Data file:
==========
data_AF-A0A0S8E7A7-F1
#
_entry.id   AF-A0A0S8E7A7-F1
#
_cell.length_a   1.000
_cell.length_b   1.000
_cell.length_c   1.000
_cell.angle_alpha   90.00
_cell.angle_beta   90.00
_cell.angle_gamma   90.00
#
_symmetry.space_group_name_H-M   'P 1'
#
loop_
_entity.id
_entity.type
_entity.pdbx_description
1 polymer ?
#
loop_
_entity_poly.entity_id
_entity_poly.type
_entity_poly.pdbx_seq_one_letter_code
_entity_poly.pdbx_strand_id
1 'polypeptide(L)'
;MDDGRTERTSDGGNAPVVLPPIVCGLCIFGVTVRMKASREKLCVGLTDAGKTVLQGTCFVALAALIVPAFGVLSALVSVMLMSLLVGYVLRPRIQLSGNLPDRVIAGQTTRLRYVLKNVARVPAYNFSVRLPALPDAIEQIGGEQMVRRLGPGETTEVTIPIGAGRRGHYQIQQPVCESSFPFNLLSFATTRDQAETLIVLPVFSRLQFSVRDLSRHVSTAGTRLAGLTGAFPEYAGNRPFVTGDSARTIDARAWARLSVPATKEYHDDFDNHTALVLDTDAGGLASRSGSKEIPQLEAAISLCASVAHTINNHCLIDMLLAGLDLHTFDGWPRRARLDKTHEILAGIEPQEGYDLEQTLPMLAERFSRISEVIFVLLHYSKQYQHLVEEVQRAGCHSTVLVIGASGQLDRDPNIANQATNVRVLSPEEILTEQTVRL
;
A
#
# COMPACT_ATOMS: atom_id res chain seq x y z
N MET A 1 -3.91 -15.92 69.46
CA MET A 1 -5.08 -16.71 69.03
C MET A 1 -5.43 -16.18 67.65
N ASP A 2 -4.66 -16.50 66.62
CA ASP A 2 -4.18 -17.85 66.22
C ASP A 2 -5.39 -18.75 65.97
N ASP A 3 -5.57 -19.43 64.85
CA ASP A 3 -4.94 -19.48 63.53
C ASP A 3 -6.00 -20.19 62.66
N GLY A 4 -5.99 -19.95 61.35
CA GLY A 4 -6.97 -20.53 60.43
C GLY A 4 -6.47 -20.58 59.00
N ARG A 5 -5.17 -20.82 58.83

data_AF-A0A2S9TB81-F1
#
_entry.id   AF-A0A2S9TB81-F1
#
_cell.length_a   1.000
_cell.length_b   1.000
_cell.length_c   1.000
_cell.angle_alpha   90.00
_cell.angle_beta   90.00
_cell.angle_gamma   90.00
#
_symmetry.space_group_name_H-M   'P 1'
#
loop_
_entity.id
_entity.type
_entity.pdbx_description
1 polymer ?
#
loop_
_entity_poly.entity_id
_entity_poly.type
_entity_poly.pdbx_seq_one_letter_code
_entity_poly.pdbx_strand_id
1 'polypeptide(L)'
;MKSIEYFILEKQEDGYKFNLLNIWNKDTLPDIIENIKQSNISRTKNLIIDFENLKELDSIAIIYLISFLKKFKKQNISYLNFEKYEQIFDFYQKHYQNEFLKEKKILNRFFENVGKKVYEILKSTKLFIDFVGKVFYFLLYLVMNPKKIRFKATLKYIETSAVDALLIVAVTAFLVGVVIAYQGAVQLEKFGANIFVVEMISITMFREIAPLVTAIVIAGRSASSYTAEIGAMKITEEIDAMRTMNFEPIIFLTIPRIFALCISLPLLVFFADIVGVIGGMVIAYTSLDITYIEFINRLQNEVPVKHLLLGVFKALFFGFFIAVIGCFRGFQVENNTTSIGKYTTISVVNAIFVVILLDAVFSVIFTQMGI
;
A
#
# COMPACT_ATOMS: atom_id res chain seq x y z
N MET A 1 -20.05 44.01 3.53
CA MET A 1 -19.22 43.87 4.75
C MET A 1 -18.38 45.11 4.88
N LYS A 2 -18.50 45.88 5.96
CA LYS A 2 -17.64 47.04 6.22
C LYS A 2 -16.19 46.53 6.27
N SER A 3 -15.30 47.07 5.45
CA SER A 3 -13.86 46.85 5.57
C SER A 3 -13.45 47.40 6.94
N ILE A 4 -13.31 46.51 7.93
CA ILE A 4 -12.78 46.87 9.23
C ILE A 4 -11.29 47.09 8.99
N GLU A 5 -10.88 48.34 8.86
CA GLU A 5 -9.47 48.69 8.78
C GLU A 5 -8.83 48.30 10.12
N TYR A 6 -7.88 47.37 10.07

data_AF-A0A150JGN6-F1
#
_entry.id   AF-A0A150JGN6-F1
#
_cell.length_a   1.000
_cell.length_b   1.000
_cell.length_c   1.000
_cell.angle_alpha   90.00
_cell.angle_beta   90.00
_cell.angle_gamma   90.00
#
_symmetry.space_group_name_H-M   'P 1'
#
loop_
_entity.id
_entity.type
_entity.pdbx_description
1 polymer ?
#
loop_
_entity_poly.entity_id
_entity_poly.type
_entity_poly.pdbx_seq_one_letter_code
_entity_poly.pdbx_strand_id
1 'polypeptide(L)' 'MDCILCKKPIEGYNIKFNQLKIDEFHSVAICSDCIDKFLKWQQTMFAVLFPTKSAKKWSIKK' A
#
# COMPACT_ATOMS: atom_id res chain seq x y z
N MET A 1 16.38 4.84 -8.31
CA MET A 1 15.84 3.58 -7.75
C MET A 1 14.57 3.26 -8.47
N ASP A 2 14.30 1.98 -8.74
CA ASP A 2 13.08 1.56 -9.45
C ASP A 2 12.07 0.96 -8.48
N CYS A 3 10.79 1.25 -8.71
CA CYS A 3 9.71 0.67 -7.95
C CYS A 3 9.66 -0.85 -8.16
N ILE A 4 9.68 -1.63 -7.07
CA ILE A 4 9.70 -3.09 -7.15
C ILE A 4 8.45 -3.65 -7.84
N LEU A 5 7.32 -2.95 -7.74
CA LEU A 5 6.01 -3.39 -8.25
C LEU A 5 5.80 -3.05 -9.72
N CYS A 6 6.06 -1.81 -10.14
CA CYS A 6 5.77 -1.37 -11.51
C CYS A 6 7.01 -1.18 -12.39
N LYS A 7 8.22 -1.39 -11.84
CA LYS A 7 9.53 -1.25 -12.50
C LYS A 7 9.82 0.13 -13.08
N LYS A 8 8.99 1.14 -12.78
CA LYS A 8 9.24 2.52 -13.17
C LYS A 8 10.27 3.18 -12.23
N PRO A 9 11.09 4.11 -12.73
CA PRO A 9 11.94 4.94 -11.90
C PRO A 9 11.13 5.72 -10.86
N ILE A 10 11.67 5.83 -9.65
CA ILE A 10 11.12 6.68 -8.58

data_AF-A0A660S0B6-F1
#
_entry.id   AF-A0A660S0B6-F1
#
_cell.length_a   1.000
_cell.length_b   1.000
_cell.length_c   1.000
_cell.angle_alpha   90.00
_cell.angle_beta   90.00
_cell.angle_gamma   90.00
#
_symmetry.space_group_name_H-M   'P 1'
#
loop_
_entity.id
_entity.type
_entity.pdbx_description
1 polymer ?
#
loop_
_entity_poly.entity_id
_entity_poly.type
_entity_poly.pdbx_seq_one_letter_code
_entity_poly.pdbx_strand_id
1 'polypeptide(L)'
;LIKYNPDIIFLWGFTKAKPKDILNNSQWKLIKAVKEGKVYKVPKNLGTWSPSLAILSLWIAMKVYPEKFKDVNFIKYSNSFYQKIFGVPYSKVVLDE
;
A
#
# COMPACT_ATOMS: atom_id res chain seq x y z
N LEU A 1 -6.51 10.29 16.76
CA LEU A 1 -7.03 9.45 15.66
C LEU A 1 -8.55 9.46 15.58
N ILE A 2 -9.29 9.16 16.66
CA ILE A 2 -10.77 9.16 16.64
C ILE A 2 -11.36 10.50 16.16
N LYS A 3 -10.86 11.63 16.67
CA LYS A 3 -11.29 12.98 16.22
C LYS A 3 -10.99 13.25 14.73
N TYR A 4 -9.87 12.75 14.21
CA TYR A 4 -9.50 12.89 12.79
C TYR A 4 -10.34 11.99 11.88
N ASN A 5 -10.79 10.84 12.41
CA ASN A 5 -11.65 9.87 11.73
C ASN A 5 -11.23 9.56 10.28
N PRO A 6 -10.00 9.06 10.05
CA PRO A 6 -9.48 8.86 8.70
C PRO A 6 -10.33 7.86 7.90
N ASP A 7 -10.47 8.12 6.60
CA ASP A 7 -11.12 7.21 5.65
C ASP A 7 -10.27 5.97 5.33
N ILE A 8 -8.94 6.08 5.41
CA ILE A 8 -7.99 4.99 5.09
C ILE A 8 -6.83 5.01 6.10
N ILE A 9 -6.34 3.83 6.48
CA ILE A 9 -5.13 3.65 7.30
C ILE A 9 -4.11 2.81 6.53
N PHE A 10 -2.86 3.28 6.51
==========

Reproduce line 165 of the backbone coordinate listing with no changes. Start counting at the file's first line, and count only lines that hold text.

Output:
loop_